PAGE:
Gordon Hayward's now-obsolete Twitter profile picture
For approximately six hours on the Fourth of July, Twitter completely lost its collective mind. Those who spend much time on Twitter will respond with "so what else is new," but the subject of the mind-losing for once wasn't political, or even something a celebrity said or did. It involved a 26-year-old man deciding where he was going to work.
That is perhaps over-simplifying things. The 26-year-old man in question was Gordon Hayward, the Utah Jazz All-Star forward whose free agent status had local NBA fans chewing their fingernails to the quick. Would he abandon the Jazz to play for his college coach, Brad Stevens, with the Boston Celtics? Then on Tuesday morning, an ESPN reporter broke the story: Hayward was indeed going to the Celtics. Hayward's agent quickly responded that no decision had been reached. Fans in Boston and Utah were left in limbo, and social media blew up. Was this a case of an accurate story simply proving to be a potential embarrassment to Hayward, because he hadn't yet notified the Jazz of his decision personally? Would the leaked story result in Hayward backing out of a handshake deal because he couldn't trust the organization? Was there never a handshake deal to begin with? And why wasn't Hayward resolving all of this by telling everybody what they wanted to know now now NOW?
Most fascinating, however—if not at all surprising—were the emotions displayed by fans of both teams. Jazz fans prepared to burn Gordon Hayward jerseys. Celtics fans fretted over his indecision, often suggesting it was a sign of weak character, or that he was just trying to avoid looking like a villain. In all these cases, though, people were treating a relatively commonplace phenomenon—a person choosing between alternate employment opportunities—as though they it had anything whatsoever to do with them. Because sports makes us stupid.
I love basketball. As my attachment to the other sports I grew up watching dwindled over the years, I've remained a steadfast fan of the NBA. Though I grew up in California as a Lakers fan, I moved to Utah 20 years ago in the summer between the Jazz's two NBA Finals appearances, and it was easy to embrace the local team's Jerry Sloan-inspired hard-nosed work ethic. Over the ensuing two decades—through Andre Kirilenko and Deron Williams and Carlos Boozer and yes, Gordon Hayward—local TV made it easy to watch a lot of Jazz games, which engendered a certain connection to the team. Yet I've also been able to maintain the distance that comes from realizing that the curious triangle of team, player and fan is not equilateral. The fans invest themselves emotionally in, and expect loyalty from, a business and its employees. Ask NBA fans in Seattle (or NFL fans in Oakland, or baseball fans in Brooklyn) how that worked out.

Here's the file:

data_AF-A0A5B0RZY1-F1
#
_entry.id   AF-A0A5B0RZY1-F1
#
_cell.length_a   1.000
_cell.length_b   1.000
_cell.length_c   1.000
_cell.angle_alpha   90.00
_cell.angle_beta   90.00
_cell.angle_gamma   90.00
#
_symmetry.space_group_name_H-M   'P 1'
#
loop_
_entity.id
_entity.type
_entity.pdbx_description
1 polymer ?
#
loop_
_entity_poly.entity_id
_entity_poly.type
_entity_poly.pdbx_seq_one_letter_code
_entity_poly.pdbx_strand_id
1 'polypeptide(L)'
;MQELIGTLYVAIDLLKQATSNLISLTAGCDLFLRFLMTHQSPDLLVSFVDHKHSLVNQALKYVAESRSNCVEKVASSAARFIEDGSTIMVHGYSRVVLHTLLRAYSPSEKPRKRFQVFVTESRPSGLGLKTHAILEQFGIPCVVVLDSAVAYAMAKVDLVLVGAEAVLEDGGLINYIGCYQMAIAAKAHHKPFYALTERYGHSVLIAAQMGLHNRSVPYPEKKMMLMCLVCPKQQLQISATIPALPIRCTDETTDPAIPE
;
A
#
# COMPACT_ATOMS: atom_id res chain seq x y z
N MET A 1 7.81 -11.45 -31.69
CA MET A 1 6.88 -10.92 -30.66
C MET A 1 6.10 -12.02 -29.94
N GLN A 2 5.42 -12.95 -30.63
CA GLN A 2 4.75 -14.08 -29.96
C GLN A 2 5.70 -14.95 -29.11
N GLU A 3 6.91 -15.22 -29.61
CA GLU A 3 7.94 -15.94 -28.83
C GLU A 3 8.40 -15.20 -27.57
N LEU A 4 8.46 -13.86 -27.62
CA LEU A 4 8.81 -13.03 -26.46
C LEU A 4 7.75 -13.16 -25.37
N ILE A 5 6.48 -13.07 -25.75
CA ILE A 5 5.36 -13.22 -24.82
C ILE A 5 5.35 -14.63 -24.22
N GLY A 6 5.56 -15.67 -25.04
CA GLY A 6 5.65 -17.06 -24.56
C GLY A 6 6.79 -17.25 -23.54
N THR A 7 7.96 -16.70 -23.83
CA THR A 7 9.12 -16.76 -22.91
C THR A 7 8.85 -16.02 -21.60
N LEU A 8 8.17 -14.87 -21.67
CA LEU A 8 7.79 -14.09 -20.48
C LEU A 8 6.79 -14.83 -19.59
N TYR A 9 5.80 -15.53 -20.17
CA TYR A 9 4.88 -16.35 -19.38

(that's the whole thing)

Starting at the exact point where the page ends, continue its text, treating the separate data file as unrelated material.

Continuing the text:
I love basketball because I love watching great athletes at work. I don't need to live or die with whether My Team wins and Your Team loses; the game can be enjoyable to watch either way. For some, personal emotional investment adds to the euphoria of the experience, but it also leads to a misguided, unwavering devotion that teams are only too willing to exploit if it means you'll buy merchandise and season tickets. Apple vs. Android. Marvel vs. DC. Utah vs. BYU. Irrational fandom is a piece of a marketing plan. You are a customer of a company, and your brand loyalty exists in one direction.
Gordon Hayward is a guy who had an opportunity to choose where he wanted to work. He wanted to work in Boston. The belief by Utah fans that this decision constitutes some kind of betrayal must make team executives ecstatic, because it furthers the notion that tribal brand loyalty supersedes a person's individual choice. Did Hayward choose Boston because of money? Because of perceived better opportunity for a championship? Because he wanted to reunite with Stevens? Because he just likes the city of Boston? Who gives a shit? Unless, of course, you believe the consensus of millions of strangers should be a factor in your own employment decisions. Or your insecurity as a resident of this state leads to you considering it a personal affront when somebody decides to leave.
So sure, burn your Gordon Hayward jerseys. Boo him lustily when Boston visits Utah next season. Persist in the belief that this game—entertaining though it may be—is at all about you as anything but a spectator. Because sports makes us stupid. Gordon Hayward owes you nothing. The Utah Jazz owe you nothing. Make peace with the reality that you owe them nothing as well.